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Author Topic: Camera and Lens coming from 20 degrees outside to 70 degrees inside  (Read 1777 times)

Northstar

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I live in the north where it's regularly 20 degrees (-7 celsius) this time of year, and I'm regularly moving my gear from outside to inside. 

I've seen many questions on how to avoid condensation / damage to your gear when doing this, so I did a little experiment last night.  My gear sat in my car all night(12 hours) at 20 degrees.  I brought it in this morning and left it in my camera bag, which was zipped up tight:  (bag - Kata bug) (interior temp about 70)

1. checked on it 5 minutes later - no visible condensation - gear still very cold when touched
2. 20 minutes later - no vis condensation - gear still very cold to the touch
3. hour later - no vis cond. - slightly less cold to the touch but still noticeably cold
4. two hours later - no vis cond. - slightly less cold, but still cold
5. three hours later - still no condensation - slightly less cold, but still cold

After three hours I took the gear out of the bag and I transferred my files to Aperture...all is good….gear is still slightly cool.   I was amazed that the gear was still so cool after being indoors for 3 hours, I had never noticed this before! 

I should add that it's fairly low humidity inside my house…and I keep two 5gram silica gel packs in my bag at all times to encourage a dry environment.  I put new packs in once a week - and usually leave a few of the old ones in the bag so there's usually 5-6 in the bag at all times.

I think this slow warm-up method is a good way to prevent damage.   Leave the gear in your zipped tight camera bag and just remove your memory card for transfer to your computer.

I've seen other good advice from other members on this topic, but this is just my contribution/experience.  I haven't had any problems from doing it this way.  I thought some of you other cold weather shooters would find this little experiment of interest.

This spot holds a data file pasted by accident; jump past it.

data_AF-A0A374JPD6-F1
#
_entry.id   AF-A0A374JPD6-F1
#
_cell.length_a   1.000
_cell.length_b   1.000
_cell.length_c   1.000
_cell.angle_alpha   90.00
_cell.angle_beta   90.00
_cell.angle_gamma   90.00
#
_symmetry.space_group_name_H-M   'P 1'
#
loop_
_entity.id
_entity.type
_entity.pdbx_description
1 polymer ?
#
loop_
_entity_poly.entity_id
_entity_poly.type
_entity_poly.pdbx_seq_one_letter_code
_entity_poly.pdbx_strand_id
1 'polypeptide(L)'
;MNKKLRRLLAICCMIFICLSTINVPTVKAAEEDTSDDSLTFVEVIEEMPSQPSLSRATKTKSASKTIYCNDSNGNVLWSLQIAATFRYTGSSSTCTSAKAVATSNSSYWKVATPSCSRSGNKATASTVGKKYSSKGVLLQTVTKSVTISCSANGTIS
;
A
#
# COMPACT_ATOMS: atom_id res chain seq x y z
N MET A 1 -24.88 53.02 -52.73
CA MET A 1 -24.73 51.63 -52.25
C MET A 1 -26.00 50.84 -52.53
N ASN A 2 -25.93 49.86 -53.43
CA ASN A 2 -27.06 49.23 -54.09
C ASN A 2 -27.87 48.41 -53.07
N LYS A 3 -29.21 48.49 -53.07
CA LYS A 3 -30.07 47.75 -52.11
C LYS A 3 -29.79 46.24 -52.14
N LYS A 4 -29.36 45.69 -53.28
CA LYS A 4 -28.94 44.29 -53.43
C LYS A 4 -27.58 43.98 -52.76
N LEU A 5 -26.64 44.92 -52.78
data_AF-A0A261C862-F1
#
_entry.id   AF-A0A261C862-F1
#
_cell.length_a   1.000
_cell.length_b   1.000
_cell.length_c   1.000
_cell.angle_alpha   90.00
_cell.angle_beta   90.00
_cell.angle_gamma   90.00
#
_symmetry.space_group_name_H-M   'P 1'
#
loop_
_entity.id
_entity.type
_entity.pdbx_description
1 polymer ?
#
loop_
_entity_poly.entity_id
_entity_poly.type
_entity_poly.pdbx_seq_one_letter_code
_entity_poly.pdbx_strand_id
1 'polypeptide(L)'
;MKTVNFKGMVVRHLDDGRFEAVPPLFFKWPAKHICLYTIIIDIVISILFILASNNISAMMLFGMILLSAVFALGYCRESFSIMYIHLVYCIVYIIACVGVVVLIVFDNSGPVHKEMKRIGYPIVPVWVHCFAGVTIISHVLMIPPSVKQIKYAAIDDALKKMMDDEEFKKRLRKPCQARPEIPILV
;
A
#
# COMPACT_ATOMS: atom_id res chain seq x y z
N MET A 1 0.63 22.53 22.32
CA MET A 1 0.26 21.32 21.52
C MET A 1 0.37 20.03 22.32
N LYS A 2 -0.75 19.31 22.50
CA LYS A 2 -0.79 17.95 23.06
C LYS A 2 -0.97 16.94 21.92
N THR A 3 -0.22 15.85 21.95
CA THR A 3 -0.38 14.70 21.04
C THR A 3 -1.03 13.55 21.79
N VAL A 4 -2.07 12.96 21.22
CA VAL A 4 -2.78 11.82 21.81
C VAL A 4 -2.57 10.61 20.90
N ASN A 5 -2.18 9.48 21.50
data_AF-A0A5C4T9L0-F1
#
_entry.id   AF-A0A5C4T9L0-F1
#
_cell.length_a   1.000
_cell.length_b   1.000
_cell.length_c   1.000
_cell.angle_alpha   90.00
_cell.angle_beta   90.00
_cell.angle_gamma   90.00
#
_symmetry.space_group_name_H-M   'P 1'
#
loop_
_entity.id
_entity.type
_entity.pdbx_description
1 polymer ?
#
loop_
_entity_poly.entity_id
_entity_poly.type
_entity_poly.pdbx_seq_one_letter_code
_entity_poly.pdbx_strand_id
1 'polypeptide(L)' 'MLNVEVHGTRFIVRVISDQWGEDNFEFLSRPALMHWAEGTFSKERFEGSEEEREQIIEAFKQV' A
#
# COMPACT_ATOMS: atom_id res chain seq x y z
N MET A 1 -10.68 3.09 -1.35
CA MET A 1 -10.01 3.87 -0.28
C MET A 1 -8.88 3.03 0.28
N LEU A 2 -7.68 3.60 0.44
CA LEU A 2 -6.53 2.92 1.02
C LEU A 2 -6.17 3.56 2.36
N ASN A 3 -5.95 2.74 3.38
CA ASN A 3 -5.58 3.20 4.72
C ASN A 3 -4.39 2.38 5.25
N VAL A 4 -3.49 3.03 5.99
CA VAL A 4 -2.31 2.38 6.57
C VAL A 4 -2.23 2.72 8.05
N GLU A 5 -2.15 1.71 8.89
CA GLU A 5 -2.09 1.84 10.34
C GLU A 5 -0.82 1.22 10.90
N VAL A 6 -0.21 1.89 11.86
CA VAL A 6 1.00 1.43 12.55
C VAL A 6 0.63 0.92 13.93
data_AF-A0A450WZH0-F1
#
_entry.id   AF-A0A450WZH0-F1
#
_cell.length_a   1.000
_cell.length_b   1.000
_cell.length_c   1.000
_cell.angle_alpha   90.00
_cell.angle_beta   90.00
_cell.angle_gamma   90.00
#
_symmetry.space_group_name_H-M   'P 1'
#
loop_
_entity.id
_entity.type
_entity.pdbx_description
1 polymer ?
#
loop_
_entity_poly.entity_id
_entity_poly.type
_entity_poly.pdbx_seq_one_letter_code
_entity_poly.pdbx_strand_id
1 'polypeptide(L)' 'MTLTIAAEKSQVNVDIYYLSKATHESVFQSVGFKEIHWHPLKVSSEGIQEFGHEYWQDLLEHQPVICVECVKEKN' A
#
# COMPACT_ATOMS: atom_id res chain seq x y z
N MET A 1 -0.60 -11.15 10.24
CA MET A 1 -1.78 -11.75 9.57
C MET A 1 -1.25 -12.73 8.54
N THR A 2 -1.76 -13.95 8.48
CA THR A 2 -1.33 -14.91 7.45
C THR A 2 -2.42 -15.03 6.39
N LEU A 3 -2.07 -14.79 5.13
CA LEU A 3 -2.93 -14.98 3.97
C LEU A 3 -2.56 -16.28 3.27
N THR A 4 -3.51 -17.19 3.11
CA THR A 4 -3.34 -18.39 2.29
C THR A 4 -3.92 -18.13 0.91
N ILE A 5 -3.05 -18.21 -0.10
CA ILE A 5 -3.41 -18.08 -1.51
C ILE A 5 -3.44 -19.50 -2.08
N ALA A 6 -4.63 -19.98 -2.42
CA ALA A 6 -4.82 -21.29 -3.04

Thanks, Northstar



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Mt Spokane Photography

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Re: Camera and Lens coming from 20 degrees outside to 70 degrees inside
« Reply #1 on: December 14, 2013, 05:29:29 PM »
It definitely depends on the humidity in your house.  In any event, the issue to be of concern is taking a camera with warm moist air inside it into extreme cold, usually at 0 F or lower.  Condensation inside a camera can cause issues, but usually doesn't. 
 
If moisture condenses on the exterior of a cold camera after bringing it inside, just wipe it off.  Better yet, let it warm up slowly as you did, and use the silica gel packs.

Marsu42

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Re: Camera and Lens coming from 20 degrees outside to 70 degrees inside
« Reply #2 on: December 15, 2013, 04:18:05 AM »
I live in the north where it's regularly 20 degrees (-7 celsius) this time of year, and I'm regularly moving my gear from outside to inside.

Is it really necessary to take special precautions with this temperature difference?

I'm living "semi-north" :-o but usually it's some months well below zero, even up to regular -10 celsius... and I admit that when going back into 20 celsius inside I just remove my sd card and then put my camera inside the bag, it's usually additionally wrapped with towels because I'm transporting it by bike. This lets the camera warm up slowly in the next hours... is this method careless?

The humidity inside my flat is "normal" I guess unless I happen to take a shower or cook :-) ... but much much lower than for example when going from outside to a tropical expo in the zoo, *that's* when I use a plastic bag.
« Last Edit: December 15, 2013, 04:23:06 AM by Marsu42 »

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Re: Camera and Lens coming from 20 degrees outside to 70 degrees inside
« Reply #2 on: December 15, 2013, 04:18:05 AM »